Distilleries to visit by train: Part 2

In our latest blog post series, we’ve been exploring the distilleries of Scotland by train, as mapped out by Visitor Experience team member Harry. This week we’re departing from Glasgow’s Queen Street station. Glasgow is just an hour from Edinburgh by train and is a beautiful, fun and vibrant city to explore in its own right.

A reminder of Harry’s rules for choosing which distilleries are practical to visit by train:

  • Only distilleries with train stations can be considered. Sounds pretty obvious, but Ardmore, Tomatin and many other distilleries sit alongside railway lines. If you see these on a map, don’t be fooled – there are no train stations nearby, so you would struggle to get off and visit the distillery!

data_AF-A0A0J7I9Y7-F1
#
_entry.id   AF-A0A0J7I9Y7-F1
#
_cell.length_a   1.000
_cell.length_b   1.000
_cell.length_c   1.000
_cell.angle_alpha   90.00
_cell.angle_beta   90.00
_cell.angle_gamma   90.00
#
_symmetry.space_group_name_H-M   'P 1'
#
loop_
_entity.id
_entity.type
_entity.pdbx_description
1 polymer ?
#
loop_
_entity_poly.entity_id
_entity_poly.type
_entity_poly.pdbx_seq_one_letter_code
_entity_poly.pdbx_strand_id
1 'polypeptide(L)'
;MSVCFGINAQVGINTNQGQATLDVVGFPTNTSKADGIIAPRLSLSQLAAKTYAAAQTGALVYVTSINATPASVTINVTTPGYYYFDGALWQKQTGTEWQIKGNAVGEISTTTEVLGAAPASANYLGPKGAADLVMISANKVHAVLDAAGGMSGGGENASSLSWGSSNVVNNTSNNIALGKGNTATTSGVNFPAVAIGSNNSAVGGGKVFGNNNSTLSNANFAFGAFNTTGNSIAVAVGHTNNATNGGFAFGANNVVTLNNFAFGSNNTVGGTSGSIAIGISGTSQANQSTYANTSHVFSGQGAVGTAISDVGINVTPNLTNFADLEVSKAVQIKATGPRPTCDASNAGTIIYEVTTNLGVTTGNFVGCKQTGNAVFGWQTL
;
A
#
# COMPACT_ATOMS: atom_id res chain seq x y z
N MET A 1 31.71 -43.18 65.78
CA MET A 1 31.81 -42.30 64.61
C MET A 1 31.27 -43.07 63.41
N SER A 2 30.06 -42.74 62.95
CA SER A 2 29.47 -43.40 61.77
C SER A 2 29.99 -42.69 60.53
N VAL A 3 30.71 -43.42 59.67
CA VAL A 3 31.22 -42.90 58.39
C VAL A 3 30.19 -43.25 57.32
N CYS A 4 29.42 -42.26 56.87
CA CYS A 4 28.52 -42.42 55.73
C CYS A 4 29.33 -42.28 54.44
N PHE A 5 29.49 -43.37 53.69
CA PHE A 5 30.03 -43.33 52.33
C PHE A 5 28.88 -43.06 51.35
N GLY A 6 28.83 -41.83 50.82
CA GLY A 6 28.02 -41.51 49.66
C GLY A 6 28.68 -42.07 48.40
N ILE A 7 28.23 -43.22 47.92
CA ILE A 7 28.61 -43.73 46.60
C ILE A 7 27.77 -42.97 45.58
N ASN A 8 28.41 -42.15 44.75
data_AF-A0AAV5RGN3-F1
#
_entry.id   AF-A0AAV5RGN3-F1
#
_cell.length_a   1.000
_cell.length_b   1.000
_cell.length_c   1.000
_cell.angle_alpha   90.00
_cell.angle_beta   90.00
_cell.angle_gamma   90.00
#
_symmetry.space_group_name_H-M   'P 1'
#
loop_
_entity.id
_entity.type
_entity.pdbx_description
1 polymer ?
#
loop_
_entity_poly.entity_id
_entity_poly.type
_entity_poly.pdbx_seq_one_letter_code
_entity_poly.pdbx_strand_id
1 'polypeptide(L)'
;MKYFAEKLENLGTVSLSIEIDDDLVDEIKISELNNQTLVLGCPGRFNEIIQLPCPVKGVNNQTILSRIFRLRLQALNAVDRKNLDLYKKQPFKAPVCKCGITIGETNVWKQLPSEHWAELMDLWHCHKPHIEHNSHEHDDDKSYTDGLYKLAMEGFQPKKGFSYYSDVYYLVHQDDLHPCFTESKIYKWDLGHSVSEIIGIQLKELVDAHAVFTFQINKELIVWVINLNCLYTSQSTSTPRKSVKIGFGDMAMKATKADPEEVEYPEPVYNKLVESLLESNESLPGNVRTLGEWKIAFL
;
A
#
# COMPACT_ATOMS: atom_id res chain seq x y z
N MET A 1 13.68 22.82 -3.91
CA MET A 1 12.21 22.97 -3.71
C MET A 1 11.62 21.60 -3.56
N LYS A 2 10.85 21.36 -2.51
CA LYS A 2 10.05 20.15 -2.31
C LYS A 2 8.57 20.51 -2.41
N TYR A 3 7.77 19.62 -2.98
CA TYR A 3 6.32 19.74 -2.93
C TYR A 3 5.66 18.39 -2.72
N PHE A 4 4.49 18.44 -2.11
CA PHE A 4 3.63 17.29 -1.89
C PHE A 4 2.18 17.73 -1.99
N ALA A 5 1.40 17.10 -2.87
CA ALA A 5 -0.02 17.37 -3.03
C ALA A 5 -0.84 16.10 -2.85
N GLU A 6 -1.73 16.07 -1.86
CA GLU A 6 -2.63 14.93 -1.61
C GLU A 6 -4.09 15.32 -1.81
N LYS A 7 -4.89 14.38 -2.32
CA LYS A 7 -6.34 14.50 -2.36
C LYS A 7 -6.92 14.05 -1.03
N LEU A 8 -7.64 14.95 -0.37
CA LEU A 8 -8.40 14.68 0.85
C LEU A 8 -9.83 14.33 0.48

• Anywhere more than 30 minutes’ walk from a station is out. You probably don’t have all day to visit one distillery, and a long hike may be impractical for visitors with additional access requirements.
  • No changes onto buses and ferries, again to keep things simple.
  • Every distillery listed here has a visitor centre! You can’t take this for granted: some distilleries, while accessible by train, are not open to the public.

Travelling from Glasgow Queen Street

Glasgow makes an ideal base for exploring Scotland, both with regards to the country’s whisky and its other cultural exports. Glaswegian bars bring together the best of Scotland’s whiskies, and the city has long been home to many of Scotland’s blenders. Glasgow’s two main train stations, Queen Street and Central, handle northward and southward travel in turn. Queen Street, therefore, is the more important station for hitting the distilleries of the Highlands. It’s also where the West Highland Line starts, possibly Scotland’s most scenic train route.

Clydeside Distillery
Region: Lowland
Train Station: Partick
Time from Glasgow Queen Street: 25 minutes

Clydeside Distillery stills (credit: Scotch Whisky Experience team)
Clydeside Distillery stills (credit: Scotch Whisky Experience team)